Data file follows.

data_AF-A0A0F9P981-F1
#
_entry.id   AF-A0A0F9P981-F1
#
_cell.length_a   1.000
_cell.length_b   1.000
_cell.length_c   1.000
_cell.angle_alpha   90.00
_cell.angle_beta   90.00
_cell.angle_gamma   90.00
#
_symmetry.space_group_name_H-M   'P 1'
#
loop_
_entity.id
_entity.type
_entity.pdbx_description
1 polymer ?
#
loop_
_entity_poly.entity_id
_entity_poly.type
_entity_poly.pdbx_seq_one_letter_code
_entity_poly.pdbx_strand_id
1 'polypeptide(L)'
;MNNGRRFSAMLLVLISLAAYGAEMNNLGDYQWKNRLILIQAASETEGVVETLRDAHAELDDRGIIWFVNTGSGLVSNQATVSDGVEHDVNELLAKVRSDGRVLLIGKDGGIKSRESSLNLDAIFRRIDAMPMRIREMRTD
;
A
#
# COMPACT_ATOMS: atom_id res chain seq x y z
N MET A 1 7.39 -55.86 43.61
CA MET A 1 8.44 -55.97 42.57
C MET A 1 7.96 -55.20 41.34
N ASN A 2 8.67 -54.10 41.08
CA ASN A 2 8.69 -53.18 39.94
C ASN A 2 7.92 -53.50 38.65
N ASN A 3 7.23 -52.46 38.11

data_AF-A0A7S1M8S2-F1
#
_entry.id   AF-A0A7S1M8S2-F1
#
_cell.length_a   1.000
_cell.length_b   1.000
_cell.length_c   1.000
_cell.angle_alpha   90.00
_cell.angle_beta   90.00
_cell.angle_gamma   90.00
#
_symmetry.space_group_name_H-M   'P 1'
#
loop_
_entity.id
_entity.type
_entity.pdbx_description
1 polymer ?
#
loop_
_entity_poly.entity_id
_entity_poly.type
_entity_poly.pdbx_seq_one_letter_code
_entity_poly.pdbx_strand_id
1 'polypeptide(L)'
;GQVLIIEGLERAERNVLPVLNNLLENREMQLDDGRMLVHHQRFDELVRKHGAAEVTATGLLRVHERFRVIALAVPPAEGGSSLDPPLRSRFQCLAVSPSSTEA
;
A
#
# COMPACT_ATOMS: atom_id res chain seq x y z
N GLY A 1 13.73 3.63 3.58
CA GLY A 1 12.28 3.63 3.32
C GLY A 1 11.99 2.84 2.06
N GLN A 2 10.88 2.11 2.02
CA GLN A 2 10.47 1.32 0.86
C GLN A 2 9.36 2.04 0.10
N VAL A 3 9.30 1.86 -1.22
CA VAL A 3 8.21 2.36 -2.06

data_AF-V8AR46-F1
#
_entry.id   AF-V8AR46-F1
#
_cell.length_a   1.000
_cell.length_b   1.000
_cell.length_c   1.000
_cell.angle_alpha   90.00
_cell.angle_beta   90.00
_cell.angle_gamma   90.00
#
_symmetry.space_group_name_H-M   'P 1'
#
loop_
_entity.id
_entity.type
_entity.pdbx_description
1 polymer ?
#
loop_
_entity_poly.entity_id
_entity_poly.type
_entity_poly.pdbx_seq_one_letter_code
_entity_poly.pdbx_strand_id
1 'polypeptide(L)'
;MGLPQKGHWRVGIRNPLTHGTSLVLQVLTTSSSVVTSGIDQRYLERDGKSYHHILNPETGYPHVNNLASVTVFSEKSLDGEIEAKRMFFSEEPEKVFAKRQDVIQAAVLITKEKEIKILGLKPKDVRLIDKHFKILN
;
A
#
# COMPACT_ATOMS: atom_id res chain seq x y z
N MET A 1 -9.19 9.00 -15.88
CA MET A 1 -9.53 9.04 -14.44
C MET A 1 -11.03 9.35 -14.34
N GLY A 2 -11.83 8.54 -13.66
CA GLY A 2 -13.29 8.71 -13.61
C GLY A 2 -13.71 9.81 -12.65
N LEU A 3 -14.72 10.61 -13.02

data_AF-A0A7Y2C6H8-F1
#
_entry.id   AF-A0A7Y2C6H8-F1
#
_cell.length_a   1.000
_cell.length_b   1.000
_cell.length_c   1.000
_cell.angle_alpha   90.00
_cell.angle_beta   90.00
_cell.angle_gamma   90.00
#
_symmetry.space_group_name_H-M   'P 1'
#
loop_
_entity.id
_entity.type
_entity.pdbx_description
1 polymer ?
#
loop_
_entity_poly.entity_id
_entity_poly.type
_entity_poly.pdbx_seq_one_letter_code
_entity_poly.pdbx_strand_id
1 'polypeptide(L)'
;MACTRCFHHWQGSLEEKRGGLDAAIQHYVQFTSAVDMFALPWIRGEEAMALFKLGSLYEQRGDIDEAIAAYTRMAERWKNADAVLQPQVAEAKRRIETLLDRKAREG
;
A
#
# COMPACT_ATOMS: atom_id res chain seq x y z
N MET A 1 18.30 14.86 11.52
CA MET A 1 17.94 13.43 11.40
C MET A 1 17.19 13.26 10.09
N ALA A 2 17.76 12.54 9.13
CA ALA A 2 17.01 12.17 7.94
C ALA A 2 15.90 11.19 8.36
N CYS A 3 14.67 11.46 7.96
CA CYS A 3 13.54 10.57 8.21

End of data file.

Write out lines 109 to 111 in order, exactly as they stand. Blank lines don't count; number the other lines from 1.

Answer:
N GLY A 2 -11.83 8.54 -13.66
CA GLY A 2 -13.29 8.71 -13.61
C GLY A 2 -13.71 9.81 -12.65